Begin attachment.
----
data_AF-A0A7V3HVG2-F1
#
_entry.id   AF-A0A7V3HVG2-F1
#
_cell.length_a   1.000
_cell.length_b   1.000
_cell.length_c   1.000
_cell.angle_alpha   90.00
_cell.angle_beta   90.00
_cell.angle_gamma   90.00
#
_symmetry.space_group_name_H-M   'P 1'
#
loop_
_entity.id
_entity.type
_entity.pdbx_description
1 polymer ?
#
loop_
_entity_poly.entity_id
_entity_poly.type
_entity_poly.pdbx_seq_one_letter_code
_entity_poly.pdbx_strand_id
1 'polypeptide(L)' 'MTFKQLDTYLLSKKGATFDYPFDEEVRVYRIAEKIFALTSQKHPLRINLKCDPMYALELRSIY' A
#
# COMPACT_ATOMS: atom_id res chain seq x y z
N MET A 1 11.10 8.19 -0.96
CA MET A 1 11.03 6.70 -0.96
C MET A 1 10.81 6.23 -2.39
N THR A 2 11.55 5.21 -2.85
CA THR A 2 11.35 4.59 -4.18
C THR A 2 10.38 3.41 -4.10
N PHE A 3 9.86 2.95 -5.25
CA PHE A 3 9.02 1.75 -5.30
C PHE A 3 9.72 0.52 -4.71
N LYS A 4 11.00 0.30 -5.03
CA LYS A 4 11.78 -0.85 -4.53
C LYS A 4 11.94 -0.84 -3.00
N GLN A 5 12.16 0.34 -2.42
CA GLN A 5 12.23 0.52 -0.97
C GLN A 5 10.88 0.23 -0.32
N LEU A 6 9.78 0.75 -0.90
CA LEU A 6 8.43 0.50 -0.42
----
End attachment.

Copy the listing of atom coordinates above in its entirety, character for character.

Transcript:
data_AF-A0A7V3HVG2-F1
#
_entry.id   AF-A0A7V3HVG2-F1
#
_cell.length_a   1.000
_cell.length_b   1.000
_cell.length_c   1.000
_cell.angle_alpha   90.00
_cell.angle_beta   90.00
_cell.angle_gamma   90.00
#
_symmetry.space_group_name_H-M   'P 1'
#
loop_
_entity.id
_entity.type
_entity.pdbx_description
1 polymer ?
#
loop_
_entity_poly.entity_id
_entity_poly.type
_entity_poly.pdbx_seq_one_letter_code
_entity_poly.pdbx_strand_id
1 'polypeptide(L)' 'MTFKQLDTYLLSKKGATFDYPFDEEVRVYRIAEKIFALTSQKHPLRINLKCDPMYALELRSIY' A
#
# COMPACT_ATOMS: atom_id res chain seq x y z
N MET A 1 11.10 8.19 -0.96
CA MET A 1 11.03 6.70 -0.96
C MET A 1 10.81 6.23 -2.39
N THR A 2 11.55 5.21 -2.85
CA THR A 2 11.35 4.59 -4.18
C THR A 2 10.38 3.41 -4.10
N PHE A 3 9.86 2.95 -5.25
CA PHE A 3 9.02 1.75 -5.30
C PHE A 3 9.72 0.52 -4.71
N LYS A 4 11.00 0.30 -5.03
CA LYS A 4 11.78 -0.85 -4.53
C LYS A 4 11.94 -0.84 -3.00
N GLN A 5 12.16 0.34 -2.42
CA GLN A 5 12.23 0.52 -0.97
C GLN A 5 10.88 0.23 -0.32
N LEU A 6 9.78 0.75 -0.90
CA LEU A 6 8.43 0.50 -0.42